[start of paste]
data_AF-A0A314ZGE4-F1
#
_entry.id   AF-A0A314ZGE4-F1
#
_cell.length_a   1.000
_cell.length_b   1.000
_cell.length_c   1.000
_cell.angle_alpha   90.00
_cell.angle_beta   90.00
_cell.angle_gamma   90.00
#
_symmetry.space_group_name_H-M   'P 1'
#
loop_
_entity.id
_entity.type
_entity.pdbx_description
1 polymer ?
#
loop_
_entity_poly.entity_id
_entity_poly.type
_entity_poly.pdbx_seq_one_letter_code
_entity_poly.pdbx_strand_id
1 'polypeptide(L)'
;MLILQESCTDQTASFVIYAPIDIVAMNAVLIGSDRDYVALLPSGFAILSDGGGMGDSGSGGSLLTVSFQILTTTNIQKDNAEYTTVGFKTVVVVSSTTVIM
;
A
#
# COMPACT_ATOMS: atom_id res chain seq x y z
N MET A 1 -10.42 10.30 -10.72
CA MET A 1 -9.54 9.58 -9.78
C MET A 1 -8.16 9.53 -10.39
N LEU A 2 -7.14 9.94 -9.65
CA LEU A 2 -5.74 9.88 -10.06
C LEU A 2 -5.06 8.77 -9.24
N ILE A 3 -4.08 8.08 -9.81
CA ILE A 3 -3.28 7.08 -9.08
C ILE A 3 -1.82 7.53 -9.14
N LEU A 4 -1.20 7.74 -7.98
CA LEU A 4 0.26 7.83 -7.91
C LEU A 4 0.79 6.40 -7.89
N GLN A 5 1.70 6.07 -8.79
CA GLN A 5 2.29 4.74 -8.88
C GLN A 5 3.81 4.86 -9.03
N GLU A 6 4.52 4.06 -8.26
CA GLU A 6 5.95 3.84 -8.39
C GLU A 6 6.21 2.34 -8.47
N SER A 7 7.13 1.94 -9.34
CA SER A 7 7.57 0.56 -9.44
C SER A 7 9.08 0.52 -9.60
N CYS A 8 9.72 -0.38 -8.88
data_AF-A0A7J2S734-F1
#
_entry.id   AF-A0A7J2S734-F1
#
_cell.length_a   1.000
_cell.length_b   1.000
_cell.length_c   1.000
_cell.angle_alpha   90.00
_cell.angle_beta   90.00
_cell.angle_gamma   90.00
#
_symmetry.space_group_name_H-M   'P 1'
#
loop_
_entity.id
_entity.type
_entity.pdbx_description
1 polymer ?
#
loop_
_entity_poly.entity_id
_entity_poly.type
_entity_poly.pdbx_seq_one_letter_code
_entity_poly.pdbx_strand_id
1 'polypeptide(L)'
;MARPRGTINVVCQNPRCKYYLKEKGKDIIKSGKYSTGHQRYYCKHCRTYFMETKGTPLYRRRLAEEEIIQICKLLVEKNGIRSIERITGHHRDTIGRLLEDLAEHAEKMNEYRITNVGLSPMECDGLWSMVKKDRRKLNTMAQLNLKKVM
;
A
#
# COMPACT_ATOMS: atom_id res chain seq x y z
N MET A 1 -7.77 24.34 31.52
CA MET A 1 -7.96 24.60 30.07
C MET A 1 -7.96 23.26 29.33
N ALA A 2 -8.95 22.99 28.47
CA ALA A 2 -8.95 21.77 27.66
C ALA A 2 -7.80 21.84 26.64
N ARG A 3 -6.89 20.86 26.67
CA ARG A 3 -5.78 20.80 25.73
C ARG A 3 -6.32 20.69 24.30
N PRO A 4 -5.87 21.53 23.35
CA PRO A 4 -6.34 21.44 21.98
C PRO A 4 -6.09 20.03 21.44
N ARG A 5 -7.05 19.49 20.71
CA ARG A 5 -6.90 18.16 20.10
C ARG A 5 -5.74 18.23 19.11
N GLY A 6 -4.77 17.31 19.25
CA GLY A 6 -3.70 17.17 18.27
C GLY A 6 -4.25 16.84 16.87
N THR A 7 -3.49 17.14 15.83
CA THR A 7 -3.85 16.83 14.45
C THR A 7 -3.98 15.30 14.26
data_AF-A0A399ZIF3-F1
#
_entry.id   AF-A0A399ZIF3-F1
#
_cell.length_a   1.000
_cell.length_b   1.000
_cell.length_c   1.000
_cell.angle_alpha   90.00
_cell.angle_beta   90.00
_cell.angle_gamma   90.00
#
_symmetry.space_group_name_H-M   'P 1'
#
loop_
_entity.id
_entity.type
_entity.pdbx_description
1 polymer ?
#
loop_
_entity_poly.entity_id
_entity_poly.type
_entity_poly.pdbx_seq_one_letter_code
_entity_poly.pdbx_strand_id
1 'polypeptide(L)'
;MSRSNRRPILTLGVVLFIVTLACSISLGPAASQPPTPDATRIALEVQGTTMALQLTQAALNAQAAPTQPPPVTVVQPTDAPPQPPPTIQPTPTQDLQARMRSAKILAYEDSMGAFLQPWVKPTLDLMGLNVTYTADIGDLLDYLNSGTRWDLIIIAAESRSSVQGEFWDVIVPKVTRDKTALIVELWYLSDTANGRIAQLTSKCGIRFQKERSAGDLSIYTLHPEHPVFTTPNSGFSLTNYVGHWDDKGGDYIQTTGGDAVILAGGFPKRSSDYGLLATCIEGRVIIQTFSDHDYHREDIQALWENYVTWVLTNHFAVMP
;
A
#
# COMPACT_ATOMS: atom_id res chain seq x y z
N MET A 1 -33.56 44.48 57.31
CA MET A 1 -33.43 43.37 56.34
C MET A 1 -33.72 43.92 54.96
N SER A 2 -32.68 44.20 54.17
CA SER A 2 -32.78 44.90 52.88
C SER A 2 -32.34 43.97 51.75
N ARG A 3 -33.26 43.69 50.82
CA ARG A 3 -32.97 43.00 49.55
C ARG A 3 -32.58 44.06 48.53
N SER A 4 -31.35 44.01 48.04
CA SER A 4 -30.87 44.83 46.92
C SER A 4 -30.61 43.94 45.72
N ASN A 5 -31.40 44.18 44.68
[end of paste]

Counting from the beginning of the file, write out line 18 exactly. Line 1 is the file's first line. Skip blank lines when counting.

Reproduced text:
1 polymer ?